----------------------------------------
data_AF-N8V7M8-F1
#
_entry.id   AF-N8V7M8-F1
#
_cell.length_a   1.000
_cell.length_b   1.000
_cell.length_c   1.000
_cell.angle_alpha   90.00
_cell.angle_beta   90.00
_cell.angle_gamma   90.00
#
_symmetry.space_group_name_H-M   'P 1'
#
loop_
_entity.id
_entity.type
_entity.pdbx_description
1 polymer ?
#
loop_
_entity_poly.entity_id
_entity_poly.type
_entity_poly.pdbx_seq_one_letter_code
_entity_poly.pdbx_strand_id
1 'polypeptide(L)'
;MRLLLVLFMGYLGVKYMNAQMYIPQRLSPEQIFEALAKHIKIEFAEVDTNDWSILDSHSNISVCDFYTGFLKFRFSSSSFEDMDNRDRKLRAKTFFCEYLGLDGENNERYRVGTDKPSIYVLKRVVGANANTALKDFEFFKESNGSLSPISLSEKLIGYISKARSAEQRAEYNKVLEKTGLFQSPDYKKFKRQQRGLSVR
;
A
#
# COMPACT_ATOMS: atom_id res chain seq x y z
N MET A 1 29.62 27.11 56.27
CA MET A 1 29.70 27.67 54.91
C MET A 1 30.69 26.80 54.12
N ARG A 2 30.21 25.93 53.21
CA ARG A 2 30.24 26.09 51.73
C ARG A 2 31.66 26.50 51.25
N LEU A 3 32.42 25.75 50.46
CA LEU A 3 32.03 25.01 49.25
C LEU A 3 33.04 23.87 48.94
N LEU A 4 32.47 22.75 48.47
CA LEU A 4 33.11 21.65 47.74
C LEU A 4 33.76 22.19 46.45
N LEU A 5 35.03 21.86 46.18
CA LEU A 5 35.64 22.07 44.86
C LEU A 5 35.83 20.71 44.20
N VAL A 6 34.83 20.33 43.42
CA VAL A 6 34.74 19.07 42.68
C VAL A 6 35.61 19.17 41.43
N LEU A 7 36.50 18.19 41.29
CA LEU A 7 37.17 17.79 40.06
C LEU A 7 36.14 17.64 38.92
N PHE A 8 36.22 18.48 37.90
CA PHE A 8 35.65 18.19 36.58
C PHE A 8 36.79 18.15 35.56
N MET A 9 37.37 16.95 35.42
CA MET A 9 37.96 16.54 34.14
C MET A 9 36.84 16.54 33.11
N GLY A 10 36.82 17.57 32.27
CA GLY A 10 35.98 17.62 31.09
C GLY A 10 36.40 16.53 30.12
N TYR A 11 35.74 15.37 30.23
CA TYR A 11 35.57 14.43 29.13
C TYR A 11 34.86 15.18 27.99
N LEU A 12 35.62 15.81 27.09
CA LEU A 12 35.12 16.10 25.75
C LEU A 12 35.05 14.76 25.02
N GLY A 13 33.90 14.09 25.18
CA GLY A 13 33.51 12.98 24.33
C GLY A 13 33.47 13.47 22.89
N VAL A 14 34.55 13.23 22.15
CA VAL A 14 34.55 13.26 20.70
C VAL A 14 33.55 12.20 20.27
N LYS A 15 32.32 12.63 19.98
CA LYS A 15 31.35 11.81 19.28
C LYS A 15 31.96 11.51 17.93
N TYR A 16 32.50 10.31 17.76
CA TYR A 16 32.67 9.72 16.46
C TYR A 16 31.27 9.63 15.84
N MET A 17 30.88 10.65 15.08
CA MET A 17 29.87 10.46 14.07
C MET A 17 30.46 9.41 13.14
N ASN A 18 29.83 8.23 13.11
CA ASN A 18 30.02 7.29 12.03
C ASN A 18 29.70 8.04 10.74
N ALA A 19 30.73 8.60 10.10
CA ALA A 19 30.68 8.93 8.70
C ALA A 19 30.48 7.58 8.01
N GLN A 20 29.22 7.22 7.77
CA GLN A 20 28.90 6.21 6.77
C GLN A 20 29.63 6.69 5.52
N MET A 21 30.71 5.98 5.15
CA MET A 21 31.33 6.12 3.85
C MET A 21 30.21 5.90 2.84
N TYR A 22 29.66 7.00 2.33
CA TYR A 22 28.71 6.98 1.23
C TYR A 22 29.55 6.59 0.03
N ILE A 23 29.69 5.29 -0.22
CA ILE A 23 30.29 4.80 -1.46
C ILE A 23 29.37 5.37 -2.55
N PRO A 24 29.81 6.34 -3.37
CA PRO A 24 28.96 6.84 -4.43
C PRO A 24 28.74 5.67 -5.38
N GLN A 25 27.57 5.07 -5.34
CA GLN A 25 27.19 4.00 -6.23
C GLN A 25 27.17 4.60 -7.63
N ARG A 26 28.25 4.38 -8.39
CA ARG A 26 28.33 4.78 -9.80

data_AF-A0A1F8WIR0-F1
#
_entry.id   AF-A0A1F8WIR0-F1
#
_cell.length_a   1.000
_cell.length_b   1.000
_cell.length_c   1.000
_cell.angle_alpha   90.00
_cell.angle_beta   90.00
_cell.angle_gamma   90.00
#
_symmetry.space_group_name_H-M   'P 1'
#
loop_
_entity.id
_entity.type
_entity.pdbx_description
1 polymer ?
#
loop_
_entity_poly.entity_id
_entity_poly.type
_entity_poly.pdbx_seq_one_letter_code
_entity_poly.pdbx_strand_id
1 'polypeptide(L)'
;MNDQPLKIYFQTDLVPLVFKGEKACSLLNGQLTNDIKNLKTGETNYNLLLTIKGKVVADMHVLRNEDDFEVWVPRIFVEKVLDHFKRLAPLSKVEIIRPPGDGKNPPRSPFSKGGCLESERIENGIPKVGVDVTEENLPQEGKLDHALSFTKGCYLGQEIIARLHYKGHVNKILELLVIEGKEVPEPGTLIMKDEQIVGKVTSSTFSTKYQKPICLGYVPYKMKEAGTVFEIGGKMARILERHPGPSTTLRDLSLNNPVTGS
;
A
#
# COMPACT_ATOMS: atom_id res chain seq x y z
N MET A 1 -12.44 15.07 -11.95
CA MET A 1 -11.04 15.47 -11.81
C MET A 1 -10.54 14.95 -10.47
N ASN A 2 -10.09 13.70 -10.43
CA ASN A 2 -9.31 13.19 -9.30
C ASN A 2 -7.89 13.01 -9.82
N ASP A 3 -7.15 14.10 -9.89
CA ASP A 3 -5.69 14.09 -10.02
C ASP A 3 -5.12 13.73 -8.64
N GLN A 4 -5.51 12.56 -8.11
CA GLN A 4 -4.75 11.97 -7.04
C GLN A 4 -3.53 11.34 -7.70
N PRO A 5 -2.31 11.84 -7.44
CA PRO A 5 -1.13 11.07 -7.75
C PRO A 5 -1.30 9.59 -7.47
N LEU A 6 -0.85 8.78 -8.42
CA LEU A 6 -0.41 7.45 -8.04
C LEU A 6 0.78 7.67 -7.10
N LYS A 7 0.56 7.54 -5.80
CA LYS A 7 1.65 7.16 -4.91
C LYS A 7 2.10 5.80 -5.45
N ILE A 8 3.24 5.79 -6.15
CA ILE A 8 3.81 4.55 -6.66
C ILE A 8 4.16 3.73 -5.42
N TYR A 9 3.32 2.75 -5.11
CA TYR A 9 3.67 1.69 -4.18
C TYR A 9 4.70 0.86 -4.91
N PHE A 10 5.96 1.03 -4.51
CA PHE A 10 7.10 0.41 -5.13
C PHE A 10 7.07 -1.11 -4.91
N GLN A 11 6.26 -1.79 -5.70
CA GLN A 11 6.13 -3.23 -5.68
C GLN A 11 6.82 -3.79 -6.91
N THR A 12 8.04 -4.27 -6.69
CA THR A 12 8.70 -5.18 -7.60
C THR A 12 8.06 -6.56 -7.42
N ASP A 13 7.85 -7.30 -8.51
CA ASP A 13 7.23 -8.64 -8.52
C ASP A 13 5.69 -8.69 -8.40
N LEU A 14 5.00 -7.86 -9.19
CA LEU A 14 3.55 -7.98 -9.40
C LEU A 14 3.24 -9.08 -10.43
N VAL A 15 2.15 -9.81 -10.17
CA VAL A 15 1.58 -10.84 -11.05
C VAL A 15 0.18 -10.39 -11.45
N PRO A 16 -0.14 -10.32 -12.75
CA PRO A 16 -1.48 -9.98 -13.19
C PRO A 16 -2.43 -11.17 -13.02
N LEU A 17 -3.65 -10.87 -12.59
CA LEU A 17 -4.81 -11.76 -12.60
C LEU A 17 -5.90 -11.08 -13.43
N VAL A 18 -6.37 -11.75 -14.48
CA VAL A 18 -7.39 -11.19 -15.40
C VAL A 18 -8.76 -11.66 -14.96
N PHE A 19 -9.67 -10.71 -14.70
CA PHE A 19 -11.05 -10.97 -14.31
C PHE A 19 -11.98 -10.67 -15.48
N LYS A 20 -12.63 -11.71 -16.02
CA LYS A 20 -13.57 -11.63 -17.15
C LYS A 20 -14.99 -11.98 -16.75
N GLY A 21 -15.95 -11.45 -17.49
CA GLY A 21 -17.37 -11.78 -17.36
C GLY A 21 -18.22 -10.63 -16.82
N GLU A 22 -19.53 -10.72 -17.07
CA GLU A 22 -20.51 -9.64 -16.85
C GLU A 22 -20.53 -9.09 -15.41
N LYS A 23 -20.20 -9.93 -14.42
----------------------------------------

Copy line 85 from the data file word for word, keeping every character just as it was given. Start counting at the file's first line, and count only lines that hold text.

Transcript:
N ALA A 19 30.73 8.60 10.10